Breaking: Harvard dining hall workers announce strike October 5

For Immediate Release: September 30, 2016

Contact: Tiffany Ten Eyck, tteneyck@local26.org, 313-515-1807

Harvard dining hall workers will strike next Wednesday

Workers will staff picket lines instead of breakfast

Cambridge, MA—Harvard dining hall workers will launch an open-ended strike the morning of Wednesday, October 5 if a fair agreement is not reached university administrators by Tuesday, October 4 at 11:59pm. Instead of serving breakfast, workers will walk picket lines at more than a dozen locations across Harvard’s undergraduate and graduate campuses.

Harvard dining hall bargaining committee members sat down for the 1xth session of negotiations Friday, two of which have been attended by a federal mediator. Harvard administration continues to insist workers pay more for basic medical services.

“Workers are demanding two simple things from the university administration: the ability to earn at least $35,000 a year and a health insurance program that does not shift costs onto those who can least afford it,” said UNITE HERE Local 26 Lead Negotiator Michael Kramer. “These are reasonable expectations anywhere, but especially at the richest university in the world.”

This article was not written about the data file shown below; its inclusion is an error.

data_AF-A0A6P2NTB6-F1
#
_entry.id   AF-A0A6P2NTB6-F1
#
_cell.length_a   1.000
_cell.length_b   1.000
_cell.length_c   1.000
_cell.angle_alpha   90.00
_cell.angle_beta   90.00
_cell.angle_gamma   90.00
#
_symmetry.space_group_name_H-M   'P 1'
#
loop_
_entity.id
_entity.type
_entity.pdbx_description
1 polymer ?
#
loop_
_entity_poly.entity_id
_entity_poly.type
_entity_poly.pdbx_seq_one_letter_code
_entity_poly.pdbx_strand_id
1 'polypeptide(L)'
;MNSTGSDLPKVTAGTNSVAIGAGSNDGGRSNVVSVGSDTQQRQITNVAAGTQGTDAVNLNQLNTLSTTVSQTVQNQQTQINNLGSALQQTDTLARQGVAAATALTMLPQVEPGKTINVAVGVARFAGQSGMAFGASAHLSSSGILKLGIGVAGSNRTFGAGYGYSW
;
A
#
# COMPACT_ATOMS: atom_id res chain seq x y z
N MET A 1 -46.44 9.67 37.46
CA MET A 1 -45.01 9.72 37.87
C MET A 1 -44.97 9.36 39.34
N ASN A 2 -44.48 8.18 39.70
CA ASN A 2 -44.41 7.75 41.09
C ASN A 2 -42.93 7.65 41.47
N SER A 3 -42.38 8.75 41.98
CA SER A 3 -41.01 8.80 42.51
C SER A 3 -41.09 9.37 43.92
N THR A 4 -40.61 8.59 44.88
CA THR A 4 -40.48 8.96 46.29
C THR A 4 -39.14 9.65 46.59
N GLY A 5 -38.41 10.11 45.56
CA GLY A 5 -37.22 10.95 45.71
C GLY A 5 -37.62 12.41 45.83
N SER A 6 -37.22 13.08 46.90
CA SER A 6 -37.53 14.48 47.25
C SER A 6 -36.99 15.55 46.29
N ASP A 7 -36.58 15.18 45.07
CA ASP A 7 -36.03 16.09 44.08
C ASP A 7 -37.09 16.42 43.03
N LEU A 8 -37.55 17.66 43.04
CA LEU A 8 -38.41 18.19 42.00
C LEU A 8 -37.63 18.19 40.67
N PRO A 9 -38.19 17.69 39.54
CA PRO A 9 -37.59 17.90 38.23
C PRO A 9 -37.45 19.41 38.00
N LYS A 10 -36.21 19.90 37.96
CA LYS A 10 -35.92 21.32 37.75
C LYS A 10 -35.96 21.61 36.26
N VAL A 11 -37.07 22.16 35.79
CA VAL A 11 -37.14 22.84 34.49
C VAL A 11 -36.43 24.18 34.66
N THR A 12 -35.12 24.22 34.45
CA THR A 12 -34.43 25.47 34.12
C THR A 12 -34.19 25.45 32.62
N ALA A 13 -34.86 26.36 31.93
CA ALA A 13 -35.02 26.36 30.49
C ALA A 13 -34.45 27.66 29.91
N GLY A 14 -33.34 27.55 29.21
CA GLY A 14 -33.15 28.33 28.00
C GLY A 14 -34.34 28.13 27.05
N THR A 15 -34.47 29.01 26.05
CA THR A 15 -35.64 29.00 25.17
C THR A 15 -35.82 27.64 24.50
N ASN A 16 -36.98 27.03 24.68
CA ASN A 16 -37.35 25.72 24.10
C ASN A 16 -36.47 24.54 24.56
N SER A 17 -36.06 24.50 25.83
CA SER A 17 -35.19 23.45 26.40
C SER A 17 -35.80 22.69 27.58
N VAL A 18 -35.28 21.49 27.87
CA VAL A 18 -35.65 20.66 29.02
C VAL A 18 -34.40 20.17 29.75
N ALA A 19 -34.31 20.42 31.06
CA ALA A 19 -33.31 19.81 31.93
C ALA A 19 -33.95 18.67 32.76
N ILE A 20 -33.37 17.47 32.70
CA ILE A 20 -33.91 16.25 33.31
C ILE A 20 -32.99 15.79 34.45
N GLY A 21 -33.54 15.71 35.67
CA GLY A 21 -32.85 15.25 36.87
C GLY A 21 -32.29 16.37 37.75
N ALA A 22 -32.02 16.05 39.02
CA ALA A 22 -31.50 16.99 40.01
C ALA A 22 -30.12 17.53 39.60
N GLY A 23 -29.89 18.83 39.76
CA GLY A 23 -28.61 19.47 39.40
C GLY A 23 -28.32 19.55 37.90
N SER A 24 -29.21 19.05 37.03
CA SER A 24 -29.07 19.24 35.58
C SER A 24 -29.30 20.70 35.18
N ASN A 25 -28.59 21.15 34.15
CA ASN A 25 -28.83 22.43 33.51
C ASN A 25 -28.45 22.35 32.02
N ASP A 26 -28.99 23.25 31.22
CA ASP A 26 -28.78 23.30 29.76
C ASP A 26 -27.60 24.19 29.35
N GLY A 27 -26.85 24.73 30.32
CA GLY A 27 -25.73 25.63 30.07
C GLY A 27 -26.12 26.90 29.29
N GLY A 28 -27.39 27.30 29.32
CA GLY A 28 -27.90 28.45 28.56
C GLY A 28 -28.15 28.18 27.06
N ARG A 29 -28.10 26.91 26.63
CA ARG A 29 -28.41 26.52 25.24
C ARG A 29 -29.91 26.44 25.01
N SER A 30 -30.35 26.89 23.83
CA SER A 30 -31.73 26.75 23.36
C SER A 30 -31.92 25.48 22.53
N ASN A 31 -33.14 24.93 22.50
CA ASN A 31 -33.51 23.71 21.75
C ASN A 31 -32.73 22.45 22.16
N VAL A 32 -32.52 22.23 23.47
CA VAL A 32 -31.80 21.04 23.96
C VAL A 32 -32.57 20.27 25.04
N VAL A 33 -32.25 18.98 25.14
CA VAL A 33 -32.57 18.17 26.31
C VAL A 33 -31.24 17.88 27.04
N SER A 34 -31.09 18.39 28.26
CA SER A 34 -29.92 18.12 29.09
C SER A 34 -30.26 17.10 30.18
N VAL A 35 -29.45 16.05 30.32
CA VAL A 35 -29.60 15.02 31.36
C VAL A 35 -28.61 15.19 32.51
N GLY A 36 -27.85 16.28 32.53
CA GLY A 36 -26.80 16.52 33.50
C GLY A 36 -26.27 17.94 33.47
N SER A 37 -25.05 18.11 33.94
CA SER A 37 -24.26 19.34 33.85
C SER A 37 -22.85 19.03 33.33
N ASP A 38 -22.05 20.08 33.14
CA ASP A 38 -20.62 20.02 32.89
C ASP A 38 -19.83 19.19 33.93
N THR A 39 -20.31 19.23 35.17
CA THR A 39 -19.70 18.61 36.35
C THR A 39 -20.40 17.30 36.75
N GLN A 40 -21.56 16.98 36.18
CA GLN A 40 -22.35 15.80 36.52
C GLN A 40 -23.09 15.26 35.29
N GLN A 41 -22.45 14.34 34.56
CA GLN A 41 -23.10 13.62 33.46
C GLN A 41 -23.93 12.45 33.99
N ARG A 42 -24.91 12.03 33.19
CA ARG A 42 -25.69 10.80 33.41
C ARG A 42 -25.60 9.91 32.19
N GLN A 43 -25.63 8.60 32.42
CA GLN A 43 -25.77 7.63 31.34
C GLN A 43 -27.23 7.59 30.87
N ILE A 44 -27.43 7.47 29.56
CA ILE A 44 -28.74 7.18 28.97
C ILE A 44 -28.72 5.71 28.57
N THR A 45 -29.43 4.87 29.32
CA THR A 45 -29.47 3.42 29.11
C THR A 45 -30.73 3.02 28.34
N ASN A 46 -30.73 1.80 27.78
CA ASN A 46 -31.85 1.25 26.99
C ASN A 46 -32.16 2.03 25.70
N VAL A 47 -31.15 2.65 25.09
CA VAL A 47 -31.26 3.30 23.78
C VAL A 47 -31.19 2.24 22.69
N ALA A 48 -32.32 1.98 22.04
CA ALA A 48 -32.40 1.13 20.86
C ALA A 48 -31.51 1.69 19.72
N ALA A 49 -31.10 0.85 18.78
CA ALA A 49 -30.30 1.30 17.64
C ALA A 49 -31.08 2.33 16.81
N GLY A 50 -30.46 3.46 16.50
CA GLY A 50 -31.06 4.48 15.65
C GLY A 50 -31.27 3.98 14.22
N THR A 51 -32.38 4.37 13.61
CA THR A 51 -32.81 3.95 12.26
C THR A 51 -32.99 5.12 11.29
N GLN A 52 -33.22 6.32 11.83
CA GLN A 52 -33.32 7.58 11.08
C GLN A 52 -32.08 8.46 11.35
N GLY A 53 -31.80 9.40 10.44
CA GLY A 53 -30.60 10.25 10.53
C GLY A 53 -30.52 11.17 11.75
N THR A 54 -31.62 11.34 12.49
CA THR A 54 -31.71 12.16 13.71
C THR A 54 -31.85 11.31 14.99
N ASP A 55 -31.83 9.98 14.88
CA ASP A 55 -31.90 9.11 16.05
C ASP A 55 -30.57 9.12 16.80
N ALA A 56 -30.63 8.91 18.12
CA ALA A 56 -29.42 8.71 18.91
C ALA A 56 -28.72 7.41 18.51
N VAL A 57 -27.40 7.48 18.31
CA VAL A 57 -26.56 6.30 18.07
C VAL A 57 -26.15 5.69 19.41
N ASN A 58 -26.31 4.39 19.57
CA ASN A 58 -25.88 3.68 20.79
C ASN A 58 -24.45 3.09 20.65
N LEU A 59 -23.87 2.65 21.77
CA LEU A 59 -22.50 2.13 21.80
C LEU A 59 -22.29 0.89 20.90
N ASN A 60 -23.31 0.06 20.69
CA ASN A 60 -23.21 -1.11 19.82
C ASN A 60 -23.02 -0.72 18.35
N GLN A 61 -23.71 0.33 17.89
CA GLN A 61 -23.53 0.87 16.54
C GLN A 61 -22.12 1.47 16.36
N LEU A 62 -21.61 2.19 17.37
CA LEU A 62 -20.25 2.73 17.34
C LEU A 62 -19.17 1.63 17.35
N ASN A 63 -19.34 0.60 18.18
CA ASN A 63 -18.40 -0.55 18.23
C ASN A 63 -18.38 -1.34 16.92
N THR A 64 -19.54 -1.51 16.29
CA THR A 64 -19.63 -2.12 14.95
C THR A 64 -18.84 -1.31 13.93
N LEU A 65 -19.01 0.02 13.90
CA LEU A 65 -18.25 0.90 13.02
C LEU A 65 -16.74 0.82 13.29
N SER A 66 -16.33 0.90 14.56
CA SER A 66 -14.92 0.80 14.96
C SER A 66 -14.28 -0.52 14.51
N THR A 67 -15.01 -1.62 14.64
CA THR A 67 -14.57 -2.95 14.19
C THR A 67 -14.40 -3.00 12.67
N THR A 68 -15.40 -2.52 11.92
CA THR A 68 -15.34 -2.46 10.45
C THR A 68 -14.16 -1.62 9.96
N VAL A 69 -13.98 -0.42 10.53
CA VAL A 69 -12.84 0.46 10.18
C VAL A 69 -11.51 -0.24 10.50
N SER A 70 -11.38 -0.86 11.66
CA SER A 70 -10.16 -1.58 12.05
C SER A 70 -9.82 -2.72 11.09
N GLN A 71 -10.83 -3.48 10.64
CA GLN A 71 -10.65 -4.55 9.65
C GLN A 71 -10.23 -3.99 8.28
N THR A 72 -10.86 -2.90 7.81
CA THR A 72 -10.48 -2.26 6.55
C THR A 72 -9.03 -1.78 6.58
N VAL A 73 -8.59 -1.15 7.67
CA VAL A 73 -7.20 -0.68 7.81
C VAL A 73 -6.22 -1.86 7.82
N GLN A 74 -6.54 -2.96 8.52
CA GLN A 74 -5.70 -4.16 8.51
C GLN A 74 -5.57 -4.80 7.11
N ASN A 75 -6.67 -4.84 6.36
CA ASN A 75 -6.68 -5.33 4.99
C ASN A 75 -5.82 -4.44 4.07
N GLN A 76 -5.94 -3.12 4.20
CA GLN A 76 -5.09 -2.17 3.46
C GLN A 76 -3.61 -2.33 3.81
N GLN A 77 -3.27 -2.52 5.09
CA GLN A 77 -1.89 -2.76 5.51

Harvard dining hall workers voted in a landslide 591 to 18 vote to authorize a strike on September 15.

“The decision to strike was not easy, especially because we love our Harvard students and want them to eat healthy food that we cook,” said bargaining committee member Anabela Pappas. “Our students are as frustrated as we are that Harvard University told us it can’t afford to maintain our health care or pay sustainable incomes.”

“I want to shed light on the hypocrisy at Harvard,” said Gene VanBuren, a cook at Harvard Law School. “We take care of students that pay a lot of money to Harvard to be taken care of but Harvard isn’t taking care of us.”

“I want my kids to be able to have a bright future, and maybe one day they’ll go to Harvard,” said Jackie Medeiros, a dining hall worker with 24 years of service. “But right now, I’m too worried about how I’m going to pay the bills and pay for their doctor’s visits.”

 

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